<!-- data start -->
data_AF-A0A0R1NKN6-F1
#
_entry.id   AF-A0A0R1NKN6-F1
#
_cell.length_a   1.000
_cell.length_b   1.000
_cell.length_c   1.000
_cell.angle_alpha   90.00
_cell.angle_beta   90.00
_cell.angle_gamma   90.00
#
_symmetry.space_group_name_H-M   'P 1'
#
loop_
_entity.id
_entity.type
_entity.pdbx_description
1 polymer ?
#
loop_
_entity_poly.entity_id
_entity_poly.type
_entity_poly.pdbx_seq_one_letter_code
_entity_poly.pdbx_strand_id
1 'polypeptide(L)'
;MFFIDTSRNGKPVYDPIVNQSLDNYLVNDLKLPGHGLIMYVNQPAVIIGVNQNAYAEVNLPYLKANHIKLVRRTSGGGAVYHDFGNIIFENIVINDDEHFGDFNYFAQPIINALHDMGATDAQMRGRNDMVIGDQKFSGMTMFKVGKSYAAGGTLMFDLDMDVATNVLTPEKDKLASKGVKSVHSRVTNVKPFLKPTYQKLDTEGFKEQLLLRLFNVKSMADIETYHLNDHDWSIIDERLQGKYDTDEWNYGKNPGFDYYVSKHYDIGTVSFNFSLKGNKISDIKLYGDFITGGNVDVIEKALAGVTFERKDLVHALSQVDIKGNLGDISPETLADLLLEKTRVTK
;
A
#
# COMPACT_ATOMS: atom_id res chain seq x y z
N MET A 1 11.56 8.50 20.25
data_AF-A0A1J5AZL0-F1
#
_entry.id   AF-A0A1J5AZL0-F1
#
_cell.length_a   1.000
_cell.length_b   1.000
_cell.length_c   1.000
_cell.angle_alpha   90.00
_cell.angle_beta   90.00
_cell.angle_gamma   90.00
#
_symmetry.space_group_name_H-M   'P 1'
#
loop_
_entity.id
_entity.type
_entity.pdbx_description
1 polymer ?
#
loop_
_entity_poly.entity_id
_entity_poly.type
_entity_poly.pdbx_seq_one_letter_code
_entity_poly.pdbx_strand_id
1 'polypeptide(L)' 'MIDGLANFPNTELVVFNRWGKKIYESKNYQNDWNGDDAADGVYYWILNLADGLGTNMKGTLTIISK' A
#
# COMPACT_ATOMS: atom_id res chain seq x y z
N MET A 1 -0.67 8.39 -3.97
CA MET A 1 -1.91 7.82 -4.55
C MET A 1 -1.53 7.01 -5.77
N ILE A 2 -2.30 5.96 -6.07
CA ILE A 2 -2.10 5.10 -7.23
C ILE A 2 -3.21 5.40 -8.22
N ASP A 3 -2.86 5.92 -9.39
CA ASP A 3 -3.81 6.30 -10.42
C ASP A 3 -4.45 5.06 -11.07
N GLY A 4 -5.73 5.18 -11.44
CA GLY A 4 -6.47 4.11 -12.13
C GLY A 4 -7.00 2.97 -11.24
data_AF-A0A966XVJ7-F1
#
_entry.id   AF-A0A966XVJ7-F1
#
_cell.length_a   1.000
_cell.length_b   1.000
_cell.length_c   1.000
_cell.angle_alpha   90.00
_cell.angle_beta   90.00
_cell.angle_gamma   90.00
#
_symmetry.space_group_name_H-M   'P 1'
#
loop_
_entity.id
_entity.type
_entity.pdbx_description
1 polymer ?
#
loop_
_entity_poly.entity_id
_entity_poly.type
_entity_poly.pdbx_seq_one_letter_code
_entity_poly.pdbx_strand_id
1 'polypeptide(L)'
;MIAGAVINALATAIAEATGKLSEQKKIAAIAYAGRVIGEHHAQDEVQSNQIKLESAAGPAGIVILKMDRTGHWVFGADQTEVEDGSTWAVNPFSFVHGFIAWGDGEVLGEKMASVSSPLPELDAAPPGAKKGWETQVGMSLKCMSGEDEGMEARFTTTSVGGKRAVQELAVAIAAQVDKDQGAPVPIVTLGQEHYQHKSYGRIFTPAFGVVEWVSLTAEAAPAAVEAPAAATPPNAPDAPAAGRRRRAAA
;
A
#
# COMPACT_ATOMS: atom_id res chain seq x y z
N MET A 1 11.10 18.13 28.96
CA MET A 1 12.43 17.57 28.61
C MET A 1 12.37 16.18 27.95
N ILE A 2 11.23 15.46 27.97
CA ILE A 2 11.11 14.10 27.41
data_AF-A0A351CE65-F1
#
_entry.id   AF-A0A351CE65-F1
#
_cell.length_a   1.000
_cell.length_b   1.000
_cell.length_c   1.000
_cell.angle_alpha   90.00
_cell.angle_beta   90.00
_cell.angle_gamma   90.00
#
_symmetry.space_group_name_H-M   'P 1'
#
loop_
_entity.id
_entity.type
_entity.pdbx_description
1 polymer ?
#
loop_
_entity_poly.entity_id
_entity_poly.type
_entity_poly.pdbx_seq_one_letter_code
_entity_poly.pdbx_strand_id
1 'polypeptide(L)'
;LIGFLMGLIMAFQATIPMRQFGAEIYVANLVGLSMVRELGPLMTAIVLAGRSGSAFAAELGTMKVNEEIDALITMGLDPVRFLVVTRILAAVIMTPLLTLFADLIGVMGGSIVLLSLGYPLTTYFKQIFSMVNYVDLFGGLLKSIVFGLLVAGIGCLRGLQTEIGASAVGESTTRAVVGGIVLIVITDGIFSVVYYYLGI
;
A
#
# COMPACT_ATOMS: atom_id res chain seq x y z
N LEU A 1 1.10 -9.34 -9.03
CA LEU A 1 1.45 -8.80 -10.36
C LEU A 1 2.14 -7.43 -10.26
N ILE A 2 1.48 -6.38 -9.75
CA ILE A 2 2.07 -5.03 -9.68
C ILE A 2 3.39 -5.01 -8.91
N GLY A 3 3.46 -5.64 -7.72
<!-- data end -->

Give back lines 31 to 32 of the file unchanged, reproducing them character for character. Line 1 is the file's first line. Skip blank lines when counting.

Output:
N MET A 1 11.56 8.50 20.25
data_AF-A0A1J5AZL0-F1